It’s a crisp, threatening-to-be-wintry-but-not-quite-that evening in Monaco. Vinesh Phogat has made her way to an arena dripping with sporting royalty for the annual Laureus Awards, a night that has come to be known as the “Sporting Oscars.”
She’s chosen traditional Indian attire for the night, a striking black lehenga that immediately sets her apart from the rest of the crowd. She takes her designated seat at the front end of the arena – Novak Djokovic is in the vicinity, Arsene Wenger isn’t far away and look there’s Missy Franklin, who’s won a small matter of five Olympic Swimming Gold medals.
Vinesh is one of six athletes in contention for the World Comeback of the Year award. Her competition:
Japanese Figure Skater Yuzuru Hanyu, who won gold at the Winter Olympics despite being unable to practice until three weeks before the games because of an ankle ligament injury.
Canadian Snowboarder Mark McMorris, who won a bronze at the Winter Olympics not long after breaking his jaw & his left arm besides rupturing his spleen, suffering a pelvic fracture, rib fracture and a collapsed left lung.
Dutch Snowboarder Bibian Mentel-Spee, who won two gold medals at the Winter Paralympics not long after the C6 vertebrae in her neck were removed and replaced with a titanium construction because of cancer.
American Skiing Legend Lindsey Vonn, who won bronze at the Winter Olympics not long after breaking her right arm and then suffering a back injury.
And an American golfer who goes by the name Tiger Woods, who won an 80th title on the PGA tour, his first since 2013, after undergoing spinal fusion surgery that kept him out of competition for a year.
“I was reading their stories,” Vinesh says of her competitors. “I don’t feel like I have accomplished as much as people are making it out to be. All of them have come through many difficulties, I guess people would have felt I too came through similar challenges.”
She bawled in agony on that wretched Rio day. Stretchered off with a broken knee that mangled not just hopes of a medal, but appeared to have destroyed a promising career in the bud. That night, Vinesh remembers crying tears of confusion and pain as her roommate and friend Sakshi Malik triumphantly celebrated a bronze medal. Vinesh has vivid memories of the exact setting - sitting on a wheelchair, waiting for an MRI scan to determine the extent of her injury, writhing in agony, staring at a TV set as Sakshi soaked in the accolades.
“I couldn’t quite figure why I was I crying – Was it because I was happy for Sakshi or because I was upset about my situation?”, she recalls. “Had I been playing I could have won a medal too. So, it was a difficult time in Rio, I couldn’t quite figure my emotional state out. I had come with some other purpose and am leaving like this, unsure about what the future had in store. I was blank, I knew I was alive, but not much more…”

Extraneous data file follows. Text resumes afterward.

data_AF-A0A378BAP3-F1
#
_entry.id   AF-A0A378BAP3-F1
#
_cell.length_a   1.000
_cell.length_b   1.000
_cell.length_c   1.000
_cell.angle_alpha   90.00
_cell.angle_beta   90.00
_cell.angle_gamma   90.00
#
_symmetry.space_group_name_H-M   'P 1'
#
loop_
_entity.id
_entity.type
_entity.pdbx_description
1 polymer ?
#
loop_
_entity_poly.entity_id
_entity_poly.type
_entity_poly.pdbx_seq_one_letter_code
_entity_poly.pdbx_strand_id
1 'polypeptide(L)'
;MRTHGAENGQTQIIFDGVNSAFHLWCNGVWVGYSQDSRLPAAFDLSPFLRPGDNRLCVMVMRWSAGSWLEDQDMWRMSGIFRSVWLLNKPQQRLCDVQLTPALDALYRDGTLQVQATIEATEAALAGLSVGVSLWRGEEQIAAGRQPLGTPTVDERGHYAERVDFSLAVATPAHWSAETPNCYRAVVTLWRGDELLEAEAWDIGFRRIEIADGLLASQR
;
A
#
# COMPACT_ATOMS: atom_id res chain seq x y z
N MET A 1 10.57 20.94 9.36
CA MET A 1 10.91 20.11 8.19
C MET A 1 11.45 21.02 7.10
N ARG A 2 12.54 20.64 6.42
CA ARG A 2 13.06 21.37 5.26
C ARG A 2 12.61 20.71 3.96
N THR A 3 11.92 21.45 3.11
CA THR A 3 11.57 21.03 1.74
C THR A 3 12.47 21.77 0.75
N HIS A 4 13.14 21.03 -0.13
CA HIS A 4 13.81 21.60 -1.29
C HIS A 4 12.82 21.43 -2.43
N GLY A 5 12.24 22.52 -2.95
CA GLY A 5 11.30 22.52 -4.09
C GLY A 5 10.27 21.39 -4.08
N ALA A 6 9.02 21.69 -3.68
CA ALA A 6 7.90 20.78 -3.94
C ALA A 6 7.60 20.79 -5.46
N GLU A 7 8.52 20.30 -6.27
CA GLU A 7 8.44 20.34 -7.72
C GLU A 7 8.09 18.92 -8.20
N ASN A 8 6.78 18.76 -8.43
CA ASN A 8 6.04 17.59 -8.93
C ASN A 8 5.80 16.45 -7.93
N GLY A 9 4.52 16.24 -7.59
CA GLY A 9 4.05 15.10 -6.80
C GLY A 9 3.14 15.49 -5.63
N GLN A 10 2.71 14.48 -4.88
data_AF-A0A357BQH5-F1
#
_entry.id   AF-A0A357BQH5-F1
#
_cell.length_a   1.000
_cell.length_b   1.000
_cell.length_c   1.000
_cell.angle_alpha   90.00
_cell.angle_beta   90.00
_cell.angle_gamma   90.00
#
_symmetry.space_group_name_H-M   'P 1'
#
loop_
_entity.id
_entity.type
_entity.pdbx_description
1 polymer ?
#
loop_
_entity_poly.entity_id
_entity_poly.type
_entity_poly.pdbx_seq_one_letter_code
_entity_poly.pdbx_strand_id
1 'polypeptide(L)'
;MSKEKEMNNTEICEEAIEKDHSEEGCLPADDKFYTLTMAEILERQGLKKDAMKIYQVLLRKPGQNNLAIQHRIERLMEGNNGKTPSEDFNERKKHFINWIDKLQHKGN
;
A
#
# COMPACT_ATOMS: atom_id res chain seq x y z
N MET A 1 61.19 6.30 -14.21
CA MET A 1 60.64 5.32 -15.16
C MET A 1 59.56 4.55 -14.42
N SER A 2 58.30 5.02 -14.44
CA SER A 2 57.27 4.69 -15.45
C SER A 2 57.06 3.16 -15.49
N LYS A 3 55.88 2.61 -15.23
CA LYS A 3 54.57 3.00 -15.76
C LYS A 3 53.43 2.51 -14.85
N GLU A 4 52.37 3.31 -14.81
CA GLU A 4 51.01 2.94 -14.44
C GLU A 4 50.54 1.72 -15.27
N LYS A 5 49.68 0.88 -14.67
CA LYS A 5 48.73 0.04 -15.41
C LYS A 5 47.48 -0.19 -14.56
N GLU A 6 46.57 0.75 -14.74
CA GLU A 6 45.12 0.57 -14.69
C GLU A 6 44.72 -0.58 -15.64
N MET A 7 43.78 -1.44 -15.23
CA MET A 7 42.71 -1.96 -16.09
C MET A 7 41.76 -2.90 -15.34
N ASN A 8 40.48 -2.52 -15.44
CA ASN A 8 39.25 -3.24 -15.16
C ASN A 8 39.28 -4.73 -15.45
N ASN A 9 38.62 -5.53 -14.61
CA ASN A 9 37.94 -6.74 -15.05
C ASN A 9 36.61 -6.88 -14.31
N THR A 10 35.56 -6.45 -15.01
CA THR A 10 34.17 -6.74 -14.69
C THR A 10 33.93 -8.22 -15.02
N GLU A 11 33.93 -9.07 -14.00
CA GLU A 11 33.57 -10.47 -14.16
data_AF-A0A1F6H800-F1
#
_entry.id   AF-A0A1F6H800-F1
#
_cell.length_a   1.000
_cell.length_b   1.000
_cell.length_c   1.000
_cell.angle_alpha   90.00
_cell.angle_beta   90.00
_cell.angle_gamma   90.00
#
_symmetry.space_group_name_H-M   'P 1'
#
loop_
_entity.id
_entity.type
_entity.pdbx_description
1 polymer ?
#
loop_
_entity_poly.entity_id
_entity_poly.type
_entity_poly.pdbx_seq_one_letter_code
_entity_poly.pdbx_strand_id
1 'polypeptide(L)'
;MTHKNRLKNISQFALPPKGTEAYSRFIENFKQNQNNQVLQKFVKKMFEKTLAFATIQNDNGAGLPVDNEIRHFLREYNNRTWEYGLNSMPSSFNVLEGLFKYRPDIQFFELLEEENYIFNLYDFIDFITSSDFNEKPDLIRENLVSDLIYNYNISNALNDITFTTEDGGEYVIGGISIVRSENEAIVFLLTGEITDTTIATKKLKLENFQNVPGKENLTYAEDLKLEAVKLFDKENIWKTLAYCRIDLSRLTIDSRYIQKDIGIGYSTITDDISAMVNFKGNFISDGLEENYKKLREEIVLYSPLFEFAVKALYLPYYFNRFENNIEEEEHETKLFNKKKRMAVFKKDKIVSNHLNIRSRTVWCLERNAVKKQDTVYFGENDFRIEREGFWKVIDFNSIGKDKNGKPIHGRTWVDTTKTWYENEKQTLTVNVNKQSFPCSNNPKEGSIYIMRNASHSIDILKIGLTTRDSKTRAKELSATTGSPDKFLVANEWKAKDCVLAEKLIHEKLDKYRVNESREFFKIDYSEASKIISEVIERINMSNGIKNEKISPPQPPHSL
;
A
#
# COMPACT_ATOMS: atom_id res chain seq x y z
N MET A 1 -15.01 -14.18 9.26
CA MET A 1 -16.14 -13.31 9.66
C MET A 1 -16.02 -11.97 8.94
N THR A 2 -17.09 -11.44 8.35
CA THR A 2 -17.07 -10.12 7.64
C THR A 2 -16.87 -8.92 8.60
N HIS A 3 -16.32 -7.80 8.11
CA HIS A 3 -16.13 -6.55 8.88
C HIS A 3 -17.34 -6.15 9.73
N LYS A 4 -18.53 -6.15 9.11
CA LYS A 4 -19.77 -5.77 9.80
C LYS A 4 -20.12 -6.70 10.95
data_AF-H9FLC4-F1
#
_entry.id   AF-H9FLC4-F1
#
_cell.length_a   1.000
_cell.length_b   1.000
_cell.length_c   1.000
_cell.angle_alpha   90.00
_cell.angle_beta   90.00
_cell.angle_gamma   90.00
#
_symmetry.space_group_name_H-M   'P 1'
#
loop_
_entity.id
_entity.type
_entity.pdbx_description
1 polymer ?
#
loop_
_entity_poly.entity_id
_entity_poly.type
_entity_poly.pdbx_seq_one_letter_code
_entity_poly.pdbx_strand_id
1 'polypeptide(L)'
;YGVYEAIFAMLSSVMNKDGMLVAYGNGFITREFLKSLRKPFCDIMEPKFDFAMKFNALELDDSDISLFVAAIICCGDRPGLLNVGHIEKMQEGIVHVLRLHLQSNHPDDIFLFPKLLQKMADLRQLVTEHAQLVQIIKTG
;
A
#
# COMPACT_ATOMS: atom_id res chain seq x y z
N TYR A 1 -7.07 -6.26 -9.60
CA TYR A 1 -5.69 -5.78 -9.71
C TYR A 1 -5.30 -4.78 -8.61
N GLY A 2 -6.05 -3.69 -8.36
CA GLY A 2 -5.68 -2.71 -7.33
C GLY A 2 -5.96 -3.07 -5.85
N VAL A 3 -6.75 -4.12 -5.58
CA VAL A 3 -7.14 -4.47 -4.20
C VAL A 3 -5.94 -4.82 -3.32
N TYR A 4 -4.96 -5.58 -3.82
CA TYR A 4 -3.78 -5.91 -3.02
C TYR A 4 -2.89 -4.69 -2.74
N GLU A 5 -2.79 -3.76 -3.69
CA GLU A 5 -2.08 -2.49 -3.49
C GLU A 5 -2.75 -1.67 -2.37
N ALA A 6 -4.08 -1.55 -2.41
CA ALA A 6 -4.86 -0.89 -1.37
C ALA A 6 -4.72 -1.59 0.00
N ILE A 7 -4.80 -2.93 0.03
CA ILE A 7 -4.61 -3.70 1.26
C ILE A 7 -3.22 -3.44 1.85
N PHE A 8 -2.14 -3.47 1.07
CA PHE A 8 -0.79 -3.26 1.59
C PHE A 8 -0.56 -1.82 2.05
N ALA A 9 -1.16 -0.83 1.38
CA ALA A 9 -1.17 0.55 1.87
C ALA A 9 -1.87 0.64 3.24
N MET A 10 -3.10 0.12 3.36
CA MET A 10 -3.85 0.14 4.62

In that roomful of sporting superstardom in Monaco, the throbbing applause reminded Vinesh of how alive she now is. Here she was - gold medallist at the Commonwealth Games and gold medallist at the Asian Games, both in 2018, restored to full health and competitive vigour. Here she was, among fellow conquerors of the longest odds, counted among those deserving to be applauded for making a “comeback”, that most easy to utter yet impossible to fathom process in sport.
“In Wresting, we are entirely dependent on our knees,” she asserts. “Everything has to be just right, from the surgery to the recovery. In bouts, the opponent targets your knee, you want to avoid that method of attack but the opponent is aware that is your weak spot, so is attacking you there. Those moments are scary, you keep thinking ‘I hope I don’t bust it again’. It took me 18 months to overcome the fear, I finally felt confident that I had made my knee strong enough that it won’t give up on me.”
Repairing the malfunctioning body part was but “30%” of the battle. The other 70% came in convincing her mind of the light that waited at the end of the proverbial tunnel. In the immediate aftermath of the injury, her support staff attempted to assure Vinesh that the injury was “minor.” Vinesh knew her body was telling her otherwise. Once the surgeon’s knife had done its bit, Vinesh and a small and trusted group of accomplices, went about restoring her to full function.
The pre-injury Vinesh was convinced reaping rewards for hard work was a straight forward, almost transactional equation. Post-injury Vinesh has a more spiritual view, convinced destiny has a plan. It has led to a reset in ambitions, where the focus isn’t merely to win medals, but to fiercely seek out the toughest challenges that her profession of choice can hurl at her.
At the Asian Games, she was desperately keen to be drawn against China’s 2013 World Champion Sun Yanan, and once her wish was granted, went on to demolish her 8-2. The final against Japan’s Yuki Irie was another contest Vinesh was eager to throw herself into, emerging triumphant convincingly yet again. The quest is to match herself “against the best”, trusting her training, skill and technique to deliver the outcome. In a little over a year in Tokyo, Vinesh will line up alongside the very best to take another shot at what that Rio day snatched away. She will be 25.
“I think it was important for that injury to happen to me,” she says. “I have seen myself change, my game change…all this, that is happening.”
Just for the record, she didn’t win the comeback of the year of the award. It went to that Tiger Woods fellow. Vinesh Phogat though, didn’t stop smiling through the ceremony as winners went up to collect their trophies. From that musty, rotten day in Rio to this crisp, threatening-to-be-wintry-but-not-quite-that evening in Monaco, she had come a long way indeed.
((The writer was in Monaco in the invitation of the Laureus Awards))